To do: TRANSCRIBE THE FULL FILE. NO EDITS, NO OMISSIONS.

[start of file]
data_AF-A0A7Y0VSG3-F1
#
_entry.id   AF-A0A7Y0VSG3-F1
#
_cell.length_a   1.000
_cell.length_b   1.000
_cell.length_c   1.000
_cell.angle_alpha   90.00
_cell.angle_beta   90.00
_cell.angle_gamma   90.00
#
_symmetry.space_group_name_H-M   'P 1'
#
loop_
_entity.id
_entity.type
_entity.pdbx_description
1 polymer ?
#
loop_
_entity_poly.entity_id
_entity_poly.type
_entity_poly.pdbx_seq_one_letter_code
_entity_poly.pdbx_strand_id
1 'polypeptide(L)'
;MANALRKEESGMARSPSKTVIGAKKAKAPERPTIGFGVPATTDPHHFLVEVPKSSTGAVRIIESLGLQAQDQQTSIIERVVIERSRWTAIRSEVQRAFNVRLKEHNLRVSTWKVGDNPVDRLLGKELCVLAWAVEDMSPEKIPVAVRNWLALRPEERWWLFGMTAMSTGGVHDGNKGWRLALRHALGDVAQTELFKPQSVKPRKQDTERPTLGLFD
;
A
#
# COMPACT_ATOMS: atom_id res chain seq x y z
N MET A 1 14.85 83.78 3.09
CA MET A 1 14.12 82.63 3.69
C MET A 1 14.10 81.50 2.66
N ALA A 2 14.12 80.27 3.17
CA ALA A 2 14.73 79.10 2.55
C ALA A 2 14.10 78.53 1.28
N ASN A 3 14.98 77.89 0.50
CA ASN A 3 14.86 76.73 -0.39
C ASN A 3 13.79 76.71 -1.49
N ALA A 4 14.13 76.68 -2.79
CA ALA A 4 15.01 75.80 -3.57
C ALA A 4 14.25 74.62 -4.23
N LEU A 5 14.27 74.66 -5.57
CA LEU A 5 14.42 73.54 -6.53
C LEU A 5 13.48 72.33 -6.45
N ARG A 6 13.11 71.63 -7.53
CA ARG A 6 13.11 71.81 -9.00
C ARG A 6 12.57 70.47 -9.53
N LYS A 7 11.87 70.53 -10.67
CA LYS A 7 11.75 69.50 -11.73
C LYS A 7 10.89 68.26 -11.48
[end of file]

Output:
data_AF-A0A7Y0VSG3-F1
#
_entry.id   AF-A0A7Y0VSG3-F1
#
_cell.length_a   1.000
_cell.length_b   1.000
_cell.length_c   1.000
_cell.angle_alpha   90.00
_cell.angle_beta   90.00
_cell.angle_gamma   90.00
#
_symmetry.space_group_name_H-M   'P 1'
#
loop_
_entity.id
_entity.type
_entity.pdbx_description
1 polymer ?
#
loop_
_entity_poly.entity_id
_entity_poly.type
_entity_poly.pdbx_seq_one_letter_code
_entity_poly.pdbx_strand_id
1 'polypeptide(L)'
;MANALRKEESGMARSPSKTVIGAKKAKAPERPTIGFGVPATTDPHHFLVEVPKSSTGAVRIIESLGLQAQDQQTSIIERVVIERSRWTAIRSEVQRAFNVRLKEHNLRVSTWKVGDNPVDRLLGKELCVLAWAVEDMSPEKIPVAVRNWLALRPEERWWLFGMTAMSTGGVHDGNKGWRLALRHALGDVAQTELFKPQSVKPRKQDTERPTLGLFD
;
A
#
# COMPACT_ATOMS: atom_id res chain seq x y z
N MET A 1 14.85 83.78 3.09
CA MET A 1 14.12 82.63 3.69
C MET A 1 14.10 81.50 2.66
N ALA A 2 14.12 80.27 3.17
CA ALA A 2 14.73 79.10 2.55
C ALA A 2 14.10 78.53 1.28
N ASN A 3 14.98 77.89 0.50
CA ASN A 3 14.86 76.73 -0.39
C ASN A 3 13.79 76.71 -1.49
N ALA A 4 14.13 76.68 -2.79
CA ALA A 4 15.01 75.80 -3.57
C ALA A 4 14.25 74.62 -4.23
N LEU A 5 14.27 74.66 -5.57
CA LEU A 5 14.42 73.54 -6.53
C LEU A 5 13.48 72.33 -6.45
N ARG A 6 13.11 71.63 -7.53
CA ARG A 6 13.11 71.81 -9.00
C ARG A 6 12.57 70.47 -9.53
N LYS A 7 11.87 70.53 -10.67
CA LYS A 7 11.75 69.50 -11.73
C LYS A 7 10.89 68.26 -11.48